Latin America’s biggest banana producers have called for a more equal distribution of costs among all actors in the value chain as they face unprecedented pressure from rising production costs.
Producer and exporter associations from Ecuador, Colombia, Guatemala, Honduras, the Dominican Republic and Costa Rica, which together account for 60% of global banana exports, issued a statement warning that soaring costs, the ongoing erosion of prices and ever-stricter quality and sustainability standards imposed by the market are economically unsustainable.
The statement says:
“In the course of this year, the banana industry in the region has experienced significant cost increases due to the upsurge in prices of key inputs such as fertilisers (+35-45%), cardboard (+30%), plastic (+45%), the loss of production generated by the new maximum residue limits of the destination markets that do not observe the needs and reality of the region’s production, the application of standards imposed by an over-certified market, the adoption of biosecurity measures to prevent Fusarium wilt TR4, the implementation of security measures to prevent the contamination of containers with illicit substances, and also the generalised increase in the cost of maritime freight by up to 62% due to the global shortage of containers, the structuring of operational alliances between shipping lines and the consolidation of this sector.
“These costs have a direct and negative impact on the economic sustainability and competitiveness of the banana industry, which has suffered incalculable damage due to the increasing occurrence of natural phenomena in the region.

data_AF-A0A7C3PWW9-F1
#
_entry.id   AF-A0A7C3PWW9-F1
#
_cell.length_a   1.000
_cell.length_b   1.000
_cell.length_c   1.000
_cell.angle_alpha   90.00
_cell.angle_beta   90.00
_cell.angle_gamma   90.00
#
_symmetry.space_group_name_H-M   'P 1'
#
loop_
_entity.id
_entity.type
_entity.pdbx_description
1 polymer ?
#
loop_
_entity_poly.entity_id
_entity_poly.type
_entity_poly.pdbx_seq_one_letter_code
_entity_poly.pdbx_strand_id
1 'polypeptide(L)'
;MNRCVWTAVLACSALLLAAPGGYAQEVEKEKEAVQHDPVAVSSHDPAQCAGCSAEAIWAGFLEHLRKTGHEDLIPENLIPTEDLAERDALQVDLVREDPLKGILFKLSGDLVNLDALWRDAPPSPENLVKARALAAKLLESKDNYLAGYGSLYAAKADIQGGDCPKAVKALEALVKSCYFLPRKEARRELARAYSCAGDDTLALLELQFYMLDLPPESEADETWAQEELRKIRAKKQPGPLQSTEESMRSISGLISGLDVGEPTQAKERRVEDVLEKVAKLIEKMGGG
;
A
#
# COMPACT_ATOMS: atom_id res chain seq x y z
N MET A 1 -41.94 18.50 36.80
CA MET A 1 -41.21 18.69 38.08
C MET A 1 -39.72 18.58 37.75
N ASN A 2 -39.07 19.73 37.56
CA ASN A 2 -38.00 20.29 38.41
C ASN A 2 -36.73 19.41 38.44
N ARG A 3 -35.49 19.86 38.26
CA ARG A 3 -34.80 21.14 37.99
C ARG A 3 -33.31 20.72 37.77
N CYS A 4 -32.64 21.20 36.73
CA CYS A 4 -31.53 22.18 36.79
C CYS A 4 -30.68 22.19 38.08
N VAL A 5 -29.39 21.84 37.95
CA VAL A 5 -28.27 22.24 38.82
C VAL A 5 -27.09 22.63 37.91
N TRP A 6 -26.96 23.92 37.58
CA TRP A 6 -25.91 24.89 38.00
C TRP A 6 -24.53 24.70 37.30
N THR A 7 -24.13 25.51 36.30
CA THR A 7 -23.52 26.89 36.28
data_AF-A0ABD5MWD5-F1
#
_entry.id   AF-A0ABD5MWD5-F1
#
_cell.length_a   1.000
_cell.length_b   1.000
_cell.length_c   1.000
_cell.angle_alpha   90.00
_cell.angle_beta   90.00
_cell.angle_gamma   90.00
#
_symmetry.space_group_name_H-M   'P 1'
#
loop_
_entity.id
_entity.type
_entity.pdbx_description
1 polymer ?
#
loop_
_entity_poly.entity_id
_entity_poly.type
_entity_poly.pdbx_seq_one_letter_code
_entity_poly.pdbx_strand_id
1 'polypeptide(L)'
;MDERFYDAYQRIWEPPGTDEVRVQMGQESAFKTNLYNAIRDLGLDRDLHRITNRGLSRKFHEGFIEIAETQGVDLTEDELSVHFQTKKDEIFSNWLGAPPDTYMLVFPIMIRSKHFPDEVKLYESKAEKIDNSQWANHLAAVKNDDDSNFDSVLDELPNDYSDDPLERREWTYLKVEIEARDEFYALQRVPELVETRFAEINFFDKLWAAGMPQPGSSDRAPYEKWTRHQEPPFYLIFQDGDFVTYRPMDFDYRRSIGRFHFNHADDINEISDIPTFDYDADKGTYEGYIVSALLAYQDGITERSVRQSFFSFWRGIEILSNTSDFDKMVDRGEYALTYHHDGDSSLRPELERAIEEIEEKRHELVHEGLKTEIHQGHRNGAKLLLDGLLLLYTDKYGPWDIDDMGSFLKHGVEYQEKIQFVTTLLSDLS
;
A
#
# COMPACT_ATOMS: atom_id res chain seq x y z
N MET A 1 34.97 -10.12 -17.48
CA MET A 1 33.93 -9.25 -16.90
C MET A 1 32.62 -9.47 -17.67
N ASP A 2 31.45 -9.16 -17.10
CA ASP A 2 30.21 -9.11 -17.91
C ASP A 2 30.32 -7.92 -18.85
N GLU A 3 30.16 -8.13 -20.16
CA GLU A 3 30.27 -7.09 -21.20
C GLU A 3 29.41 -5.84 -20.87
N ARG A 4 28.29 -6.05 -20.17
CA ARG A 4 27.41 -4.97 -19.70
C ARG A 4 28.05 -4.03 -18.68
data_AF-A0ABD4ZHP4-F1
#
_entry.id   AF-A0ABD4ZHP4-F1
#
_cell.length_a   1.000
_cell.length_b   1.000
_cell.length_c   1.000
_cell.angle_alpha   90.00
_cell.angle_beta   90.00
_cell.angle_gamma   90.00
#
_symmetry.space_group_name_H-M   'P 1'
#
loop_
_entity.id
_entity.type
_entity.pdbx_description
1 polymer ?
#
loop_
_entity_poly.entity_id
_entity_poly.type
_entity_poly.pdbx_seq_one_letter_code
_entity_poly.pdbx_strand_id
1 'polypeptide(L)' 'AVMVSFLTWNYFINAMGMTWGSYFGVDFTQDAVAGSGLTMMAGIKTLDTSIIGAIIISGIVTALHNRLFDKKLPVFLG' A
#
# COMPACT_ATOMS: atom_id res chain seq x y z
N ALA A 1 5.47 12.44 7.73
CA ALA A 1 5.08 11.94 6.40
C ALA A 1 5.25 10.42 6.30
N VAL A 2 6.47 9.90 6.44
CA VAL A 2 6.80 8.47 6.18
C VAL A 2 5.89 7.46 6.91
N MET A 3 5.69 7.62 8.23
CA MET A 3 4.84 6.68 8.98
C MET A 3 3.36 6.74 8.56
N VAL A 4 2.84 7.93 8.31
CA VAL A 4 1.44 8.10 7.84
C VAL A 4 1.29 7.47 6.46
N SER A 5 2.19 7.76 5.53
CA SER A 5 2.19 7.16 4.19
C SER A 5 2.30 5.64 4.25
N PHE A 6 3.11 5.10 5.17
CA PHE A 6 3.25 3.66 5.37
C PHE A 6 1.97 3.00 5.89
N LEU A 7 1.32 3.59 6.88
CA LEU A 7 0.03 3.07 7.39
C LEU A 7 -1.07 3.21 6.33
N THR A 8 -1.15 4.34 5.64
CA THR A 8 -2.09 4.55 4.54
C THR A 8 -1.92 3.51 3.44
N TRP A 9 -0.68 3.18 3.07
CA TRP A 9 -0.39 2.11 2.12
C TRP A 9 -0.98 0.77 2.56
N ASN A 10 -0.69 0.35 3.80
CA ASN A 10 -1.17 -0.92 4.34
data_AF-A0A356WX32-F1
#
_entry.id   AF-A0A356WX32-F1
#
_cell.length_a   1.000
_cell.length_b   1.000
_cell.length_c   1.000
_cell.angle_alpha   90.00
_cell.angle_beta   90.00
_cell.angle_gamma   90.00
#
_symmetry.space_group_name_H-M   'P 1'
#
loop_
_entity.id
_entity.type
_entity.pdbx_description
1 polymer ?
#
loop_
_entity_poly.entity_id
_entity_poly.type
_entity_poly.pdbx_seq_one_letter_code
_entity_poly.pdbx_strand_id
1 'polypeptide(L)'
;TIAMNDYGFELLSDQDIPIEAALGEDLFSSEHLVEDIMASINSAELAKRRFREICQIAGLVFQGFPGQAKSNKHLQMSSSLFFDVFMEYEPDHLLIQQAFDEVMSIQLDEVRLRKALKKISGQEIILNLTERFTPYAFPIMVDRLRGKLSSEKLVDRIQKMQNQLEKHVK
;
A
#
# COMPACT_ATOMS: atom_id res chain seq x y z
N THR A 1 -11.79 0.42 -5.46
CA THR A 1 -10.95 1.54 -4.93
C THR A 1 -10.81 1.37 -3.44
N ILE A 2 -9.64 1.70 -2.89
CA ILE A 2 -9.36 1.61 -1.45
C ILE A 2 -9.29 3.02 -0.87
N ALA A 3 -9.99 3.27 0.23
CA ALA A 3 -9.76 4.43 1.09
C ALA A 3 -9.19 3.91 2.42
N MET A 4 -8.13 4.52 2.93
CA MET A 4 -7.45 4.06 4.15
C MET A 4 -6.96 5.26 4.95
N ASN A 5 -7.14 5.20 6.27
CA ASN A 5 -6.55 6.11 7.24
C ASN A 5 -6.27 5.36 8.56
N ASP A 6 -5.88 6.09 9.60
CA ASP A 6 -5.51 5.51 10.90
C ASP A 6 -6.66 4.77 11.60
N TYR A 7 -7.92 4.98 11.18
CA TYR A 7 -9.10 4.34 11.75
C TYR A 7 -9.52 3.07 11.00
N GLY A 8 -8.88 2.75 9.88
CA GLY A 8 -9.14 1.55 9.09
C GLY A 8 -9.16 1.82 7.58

“Also, it has not been spared by effects of the Covid-19 pandemic and must implement all the necessary measures to safeguard global food security and protect the health of agricultural workers. While, on the other hand, the price of bananas has undergone in 2021 the most catastrophic decrease in the last 10 years, reaching €10 per 18.5kg as referred by Denis Loeillet, CIRAD researcher, for Reefer Trends in an article published on 1 September 2021.
“The subsistence and future of the banana industry, on which more than 808,000 families in Latin America directly depend, requires that these externalities are not only borne by the producer-exporter countries, which for an extended period have assumed all the care of the plantations, responsibilities, and other sacrifices necessary to bring bananas to every corner of the world, but that the entire value chain is involved, especially at the other end of it.
“It is necessary that, within the framework of the concept of shared responsibility, these crucial aspects are discussed to ensure the commitment of all actors to the sustainability of the global banana industry.”
Banana Link Policy & Communications Coordinator Paul Lievens welcomed the statement, saying:
“This reflects what Banana Link and many in the industry have been saying for a long time, that the price of bananas in our supermarkets is too low to cover the rising costs of sustainable production, let alone to enable producers to make investments in transitioning to more sustainable production methods, adapting to climate change, implementing safe and healthy working conditions, paying living wages to plantation workers and respecting labour rights on plantations. Without significant increases in prices, there is limited scope for addressing the ills of the industry and providing a sustainable livelihood for the hundreds of thousands who rely on the industry for their livelihoods.”
Sources: ReeferTrends, Fresh Plaza